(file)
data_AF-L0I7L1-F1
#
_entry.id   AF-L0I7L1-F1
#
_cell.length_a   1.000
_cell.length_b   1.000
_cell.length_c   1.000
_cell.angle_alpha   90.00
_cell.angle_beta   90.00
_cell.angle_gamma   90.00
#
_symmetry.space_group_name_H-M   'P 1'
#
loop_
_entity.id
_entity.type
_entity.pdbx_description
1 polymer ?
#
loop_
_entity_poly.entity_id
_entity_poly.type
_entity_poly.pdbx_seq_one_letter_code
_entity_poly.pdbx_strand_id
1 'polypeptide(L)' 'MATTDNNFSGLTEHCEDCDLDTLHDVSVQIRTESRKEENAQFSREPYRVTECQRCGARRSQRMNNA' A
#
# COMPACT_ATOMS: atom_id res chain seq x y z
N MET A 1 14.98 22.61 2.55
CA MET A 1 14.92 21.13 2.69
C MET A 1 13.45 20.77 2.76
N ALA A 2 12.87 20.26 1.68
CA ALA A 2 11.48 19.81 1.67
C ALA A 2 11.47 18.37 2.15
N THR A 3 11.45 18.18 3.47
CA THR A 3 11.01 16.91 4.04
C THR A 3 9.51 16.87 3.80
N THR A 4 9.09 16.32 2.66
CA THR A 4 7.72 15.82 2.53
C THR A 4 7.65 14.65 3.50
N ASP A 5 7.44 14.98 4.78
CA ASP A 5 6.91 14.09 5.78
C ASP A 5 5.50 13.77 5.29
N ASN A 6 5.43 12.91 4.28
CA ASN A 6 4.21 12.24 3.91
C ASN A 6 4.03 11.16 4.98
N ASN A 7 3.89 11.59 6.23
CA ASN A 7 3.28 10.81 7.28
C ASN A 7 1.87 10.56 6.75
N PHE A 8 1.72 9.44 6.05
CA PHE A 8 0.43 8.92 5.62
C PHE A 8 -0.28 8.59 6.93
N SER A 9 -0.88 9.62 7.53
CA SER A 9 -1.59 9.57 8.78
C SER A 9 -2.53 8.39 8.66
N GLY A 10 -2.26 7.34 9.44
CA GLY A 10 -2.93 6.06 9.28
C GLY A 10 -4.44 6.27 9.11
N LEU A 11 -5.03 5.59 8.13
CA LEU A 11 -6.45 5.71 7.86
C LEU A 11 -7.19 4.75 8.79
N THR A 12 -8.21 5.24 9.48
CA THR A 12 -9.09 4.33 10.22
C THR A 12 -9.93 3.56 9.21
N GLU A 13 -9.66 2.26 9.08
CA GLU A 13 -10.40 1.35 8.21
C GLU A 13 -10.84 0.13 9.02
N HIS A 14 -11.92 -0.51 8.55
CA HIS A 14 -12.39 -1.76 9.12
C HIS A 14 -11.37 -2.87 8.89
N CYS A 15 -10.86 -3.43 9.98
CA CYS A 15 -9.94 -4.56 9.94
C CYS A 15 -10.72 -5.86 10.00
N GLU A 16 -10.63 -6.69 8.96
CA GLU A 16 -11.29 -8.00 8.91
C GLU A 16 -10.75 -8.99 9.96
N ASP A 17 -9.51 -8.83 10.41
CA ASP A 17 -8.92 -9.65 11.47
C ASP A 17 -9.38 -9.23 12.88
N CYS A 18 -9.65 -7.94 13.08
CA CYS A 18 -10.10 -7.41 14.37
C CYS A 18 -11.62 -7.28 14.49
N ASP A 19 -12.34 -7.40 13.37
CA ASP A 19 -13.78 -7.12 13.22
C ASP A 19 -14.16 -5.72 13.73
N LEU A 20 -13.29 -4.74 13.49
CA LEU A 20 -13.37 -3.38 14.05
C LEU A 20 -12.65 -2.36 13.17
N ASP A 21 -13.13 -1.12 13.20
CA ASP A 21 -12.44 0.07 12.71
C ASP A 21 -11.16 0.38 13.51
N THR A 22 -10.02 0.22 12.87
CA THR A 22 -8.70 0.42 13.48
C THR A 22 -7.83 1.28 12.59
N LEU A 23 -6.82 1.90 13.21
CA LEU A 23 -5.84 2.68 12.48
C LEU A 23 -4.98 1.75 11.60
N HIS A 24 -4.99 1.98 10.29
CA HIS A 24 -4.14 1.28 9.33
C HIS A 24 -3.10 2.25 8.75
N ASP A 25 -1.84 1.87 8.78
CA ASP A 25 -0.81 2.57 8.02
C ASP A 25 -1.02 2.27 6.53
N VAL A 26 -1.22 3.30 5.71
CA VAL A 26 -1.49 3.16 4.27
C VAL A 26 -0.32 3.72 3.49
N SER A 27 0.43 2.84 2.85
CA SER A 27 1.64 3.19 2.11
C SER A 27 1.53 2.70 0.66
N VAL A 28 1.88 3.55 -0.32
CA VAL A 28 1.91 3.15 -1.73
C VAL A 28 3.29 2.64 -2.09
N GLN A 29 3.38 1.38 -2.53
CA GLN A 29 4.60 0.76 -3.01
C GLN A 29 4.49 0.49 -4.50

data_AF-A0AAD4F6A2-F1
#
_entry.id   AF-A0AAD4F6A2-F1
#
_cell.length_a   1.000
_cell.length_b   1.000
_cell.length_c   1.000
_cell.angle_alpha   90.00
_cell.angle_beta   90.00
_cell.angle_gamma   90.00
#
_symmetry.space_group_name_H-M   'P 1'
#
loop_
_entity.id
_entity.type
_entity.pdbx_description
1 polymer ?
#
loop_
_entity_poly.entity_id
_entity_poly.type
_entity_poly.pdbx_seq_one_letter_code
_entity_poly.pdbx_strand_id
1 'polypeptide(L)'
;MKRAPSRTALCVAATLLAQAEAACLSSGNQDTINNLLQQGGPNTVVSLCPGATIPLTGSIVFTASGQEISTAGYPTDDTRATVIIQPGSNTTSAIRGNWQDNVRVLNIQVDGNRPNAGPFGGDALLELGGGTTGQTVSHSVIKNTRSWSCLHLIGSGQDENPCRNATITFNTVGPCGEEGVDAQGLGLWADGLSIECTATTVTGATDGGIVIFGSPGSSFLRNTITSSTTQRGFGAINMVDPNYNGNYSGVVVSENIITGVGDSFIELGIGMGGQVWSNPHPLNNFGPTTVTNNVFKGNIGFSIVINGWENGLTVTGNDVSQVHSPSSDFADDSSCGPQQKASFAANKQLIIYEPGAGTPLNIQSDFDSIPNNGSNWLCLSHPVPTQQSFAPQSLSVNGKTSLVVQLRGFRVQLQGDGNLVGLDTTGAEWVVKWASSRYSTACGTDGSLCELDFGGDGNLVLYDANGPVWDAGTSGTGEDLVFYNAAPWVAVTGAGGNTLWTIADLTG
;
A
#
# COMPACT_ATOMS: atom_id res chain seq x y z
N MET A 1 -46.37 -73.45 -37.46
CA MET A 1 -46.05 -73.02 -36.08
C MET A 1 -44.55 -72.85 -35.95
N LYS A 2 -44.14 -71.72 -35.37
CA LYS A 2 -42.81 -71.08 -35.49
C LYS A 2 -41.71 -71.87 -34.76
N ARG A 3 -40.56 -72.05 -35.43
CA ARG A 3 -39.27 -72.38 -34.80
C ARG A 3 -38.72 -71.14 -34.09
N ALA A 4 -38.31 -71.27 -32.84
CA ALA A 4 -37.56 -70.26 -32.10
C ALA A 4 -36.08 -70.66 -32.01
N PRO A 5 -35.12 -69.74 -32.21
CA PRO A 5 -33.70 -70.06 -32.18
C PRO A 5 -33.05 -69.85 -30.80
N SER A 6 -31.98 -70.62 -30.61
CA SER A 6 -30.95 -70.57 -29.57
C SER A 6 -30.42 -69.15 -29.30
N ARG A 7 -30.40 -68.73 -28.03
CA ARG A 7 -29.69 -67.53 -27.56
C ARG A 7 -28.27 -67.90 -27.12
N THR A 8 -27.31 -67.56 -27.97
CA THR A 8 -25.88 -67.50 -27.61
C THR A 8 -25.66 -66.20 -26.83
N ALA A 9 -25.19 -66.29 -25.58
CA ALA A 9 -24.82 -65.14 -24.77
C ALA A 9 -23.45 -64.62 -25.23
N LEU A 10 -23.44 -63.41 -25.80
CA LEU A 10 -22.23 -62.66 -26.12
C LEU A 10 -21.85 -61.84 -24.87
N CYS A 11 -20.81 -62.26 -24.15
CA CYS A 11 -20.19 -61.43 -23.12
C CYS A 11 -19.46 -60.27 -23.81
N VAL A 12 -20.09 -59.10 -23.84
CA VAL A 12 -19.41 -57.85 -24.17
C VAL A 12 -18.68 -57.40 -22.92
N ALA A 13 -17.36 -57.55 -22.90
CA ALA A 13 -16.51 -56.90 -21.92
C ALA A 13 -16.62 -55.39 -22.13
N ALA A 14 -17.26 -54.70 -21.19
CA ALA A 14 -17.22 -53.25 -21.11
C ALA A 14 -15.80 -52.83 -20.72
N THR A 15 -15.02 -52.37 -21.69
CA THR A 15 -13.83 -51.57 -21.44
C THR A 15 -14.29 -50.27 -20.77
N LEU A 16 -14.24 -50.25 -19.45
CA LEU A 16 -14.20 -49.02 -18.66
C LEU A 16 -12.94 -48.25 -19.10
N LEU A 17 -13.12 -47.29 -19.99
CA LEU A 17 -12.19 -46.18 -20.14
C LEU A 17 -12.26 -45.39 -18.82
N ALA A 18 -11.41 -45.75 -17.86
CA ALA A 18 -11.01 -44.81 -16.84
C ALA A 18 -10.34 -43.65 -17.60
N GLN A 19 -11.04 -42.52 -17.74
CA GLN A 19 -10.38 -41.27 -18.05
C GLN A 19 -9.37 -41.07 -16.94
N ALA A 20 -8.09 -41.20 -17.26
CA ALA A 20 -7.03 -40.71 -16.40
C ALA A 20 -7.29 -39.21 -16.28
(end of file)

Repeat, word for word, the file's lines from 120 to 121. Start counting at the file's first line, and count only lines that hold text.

_cell.length_b   1.000
_cell.length_c   1.000